John CallahanState Representative102
Michael SwyersState Representative102
Kyle SchlerethState Representative103
Kathie ConwayState Representative104
Matt JudkinsState Representative105
Chrissy SommerState Representative106
Ron HicksState Representative107
Bobbie BollmannState Representative109
Michael FrameState Representative111
Robert ButlerState Representative112
T.J. McKennaState Representative114
Elaine GannonState Representative115
Kevin EnglerState Representative116
Linda BlackState Representative117
Ben HarrisState Representative118
Dave HinsonState Representative119
Ethan NewmanState Representative125
Charlie NorrState Representative132
Angie FilbeckState Representative135
Don PhillipsState Representative138
Paul FitzwaterState Representative144
Charles ElrodState Representative145
Duston StoneState Representative148
Diedra FreemanState Representative149
Walter DearingState Representative149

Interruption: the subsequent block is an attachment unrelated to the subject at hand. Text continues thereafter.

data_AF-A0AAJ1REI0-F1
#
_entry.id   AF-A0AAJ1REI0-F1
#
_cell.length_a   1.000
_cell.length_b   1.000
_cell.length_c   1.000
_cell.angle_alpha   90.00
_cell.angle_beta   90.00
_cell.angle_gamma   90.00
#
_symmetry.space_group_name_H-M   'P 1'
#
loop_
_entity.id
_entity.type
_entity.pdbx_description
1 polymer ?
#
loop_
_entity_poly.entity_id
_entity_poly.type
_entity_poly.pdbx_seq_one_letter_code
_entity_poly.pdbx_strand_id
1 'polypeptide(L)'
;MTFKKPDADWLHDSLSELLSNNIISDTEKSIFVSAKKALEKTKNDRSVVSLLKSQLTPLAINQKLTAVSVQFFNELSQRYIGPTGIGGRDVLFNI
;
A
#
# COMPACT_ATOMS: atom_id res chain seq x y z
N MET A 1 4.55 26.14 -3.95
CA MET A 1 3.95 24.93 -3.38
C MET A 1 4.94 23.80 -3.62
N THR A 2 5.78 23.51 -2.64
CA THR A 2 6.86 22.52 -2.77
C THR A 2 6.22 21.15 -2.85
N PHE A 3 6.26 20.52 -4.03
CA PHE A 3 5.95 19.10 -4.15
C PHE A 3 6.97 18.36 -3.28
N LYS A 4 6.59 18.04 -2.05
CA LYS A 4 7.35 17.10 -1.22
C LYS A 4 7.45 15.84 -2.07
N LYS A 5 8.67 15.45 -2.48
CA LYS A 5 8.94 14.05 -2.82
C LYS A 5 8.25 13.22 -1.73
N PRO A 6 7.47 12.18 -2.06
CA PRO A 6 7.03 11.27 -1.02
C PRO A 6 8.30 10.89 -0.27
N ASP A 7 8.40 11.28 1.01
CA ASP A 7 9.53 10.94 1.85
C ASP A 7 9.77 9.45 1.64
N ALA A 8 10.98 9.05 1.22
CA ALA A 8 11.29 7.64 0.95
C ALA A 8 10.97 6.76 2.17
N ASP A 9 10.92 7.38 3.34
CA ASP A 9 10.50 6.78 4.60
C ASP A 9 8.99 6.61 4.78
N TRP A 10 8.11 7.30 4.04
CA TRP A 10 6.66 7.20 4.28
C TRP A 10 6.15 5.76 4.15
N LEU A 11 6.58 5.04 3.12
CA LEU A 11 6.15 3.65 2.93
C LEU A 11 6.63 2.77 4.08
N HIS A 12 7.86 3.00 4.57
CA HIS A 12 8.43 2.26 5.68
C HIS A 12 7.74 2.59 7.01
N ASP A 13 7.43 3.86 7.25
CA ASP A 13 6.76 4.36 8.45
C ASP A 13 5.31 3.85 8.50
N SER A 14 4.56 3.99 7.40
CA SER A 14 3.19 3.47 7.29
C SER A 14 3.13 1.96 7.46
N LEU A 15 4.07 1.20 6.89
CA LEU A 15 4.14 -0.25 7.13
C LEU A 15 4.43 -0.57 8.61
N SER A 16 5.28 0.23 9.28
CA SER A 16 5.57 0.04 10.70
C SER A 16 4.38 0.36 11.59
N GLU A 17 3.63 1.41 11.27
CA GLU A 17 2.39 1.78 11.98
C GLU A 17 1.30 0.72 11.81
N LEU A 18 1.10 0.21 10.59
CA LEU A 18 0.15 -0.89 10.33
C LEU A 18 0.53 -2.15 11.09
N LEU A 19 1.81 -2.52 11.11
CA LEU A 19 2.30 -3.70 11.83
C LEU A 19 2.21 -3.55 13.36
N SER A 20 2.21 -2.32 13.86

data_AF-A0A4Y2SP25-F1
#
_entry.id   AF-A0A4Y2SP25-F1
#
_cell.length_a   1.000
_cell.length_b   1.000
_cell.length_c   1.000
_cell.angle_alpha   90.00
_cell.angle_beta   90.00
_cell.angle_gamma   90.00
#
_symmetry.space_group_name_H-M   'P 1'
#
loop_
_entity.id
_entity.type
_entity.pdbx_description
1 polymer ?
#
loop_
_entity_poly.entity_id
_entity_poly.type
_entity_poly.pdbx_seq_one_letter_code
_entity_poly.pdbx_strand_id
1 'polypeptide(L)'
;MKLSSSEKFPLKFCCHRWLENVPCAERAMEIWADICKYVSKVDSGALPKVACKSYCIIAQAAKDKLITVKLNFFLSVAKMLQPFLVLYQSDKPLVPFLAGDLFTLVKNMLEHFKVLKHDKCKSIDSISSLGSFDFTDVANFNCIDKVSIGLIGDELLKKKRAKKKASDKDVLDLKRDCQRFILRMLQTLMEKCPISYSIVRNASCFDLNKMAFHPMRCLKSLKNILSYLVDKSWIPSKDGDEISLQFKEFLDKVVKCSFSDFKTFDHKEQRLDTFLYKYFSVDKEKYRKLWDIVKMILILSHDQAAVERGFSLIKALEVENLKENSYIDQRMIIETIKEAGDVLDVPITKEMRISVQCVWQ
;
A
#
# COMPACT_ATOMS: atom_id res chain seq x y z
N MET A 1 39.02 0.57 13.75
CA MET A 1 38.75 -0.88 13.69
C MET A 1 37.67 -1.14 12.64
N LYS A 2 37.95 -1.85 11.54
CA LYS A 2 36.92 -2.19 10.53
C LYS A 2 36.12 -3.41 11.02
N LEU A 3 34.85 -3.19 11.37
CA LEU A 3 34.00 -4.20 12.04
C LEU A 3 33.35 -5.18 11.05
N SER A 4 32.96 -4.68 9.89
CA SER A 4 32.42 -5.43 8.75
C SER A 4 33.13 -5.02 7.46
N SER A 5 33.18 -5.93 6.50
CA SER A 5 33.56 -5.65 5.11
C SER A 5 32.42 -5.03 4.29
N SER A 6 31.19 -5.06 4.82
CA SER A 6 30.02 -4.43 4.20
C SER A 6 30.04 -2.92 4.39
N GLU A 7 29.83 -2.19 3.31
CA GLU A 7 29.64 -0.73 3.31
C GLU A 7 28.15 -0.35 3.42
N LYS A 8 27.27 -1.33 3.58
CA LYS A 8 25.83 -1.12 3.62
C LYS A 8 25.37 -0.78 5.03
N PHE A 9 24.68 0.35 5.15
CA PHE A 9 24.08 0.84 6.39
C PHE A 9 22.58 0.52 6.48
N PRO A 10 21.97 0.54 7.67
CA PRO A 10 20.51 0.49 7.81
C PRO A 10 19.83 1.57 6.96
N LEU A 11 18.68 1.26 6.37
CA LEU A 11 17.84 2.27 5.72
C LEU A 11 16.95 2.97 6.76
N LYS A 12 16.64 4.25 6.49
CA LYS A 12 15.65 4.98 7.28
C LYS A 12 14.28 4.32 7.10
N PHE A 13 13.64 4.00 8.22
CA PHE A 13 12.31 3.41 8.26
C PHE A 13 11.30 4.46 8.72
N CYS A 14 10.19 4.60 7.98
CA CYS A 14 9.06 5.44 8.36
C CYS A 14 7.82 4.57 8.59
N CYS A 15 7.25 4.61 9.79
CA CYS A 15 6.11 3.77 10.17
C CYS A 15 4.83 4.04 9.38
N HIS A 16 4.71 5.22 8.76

Ryan HolderState Representative151
Hugh ShieldsState Representative161



Amtrak LogoA column by SMART Transportation Division President John Previsich and AFL-CIO Transportation Trades Department President Edward Wytkind informing lawmakers about the public’s support for Amtrak was published April 16 by the St. Louis Post-Dispatch.

In response to the column, Missouri State Legislative Director Ken Menges told Previsich and Transportation Division National Legislative Director James Stem, “Your timing was impeccable. Just today (April 16), there was a hearing in the state Senate about a new transportation tax. The proposal has already passed in the House. Also, I am meeting now with a citizens’ passenger rail group about improving passenger rail transportation here in Missouri. Thank you for your leadership.”

The column by Previsich and Wytkind reads:

Stark divisions have defined our national politics for some time. But there are many transportation issues that unite Americans across political lines, and one of those is overwhelming support for passenger rail in this country, and in particular, for Amtrak.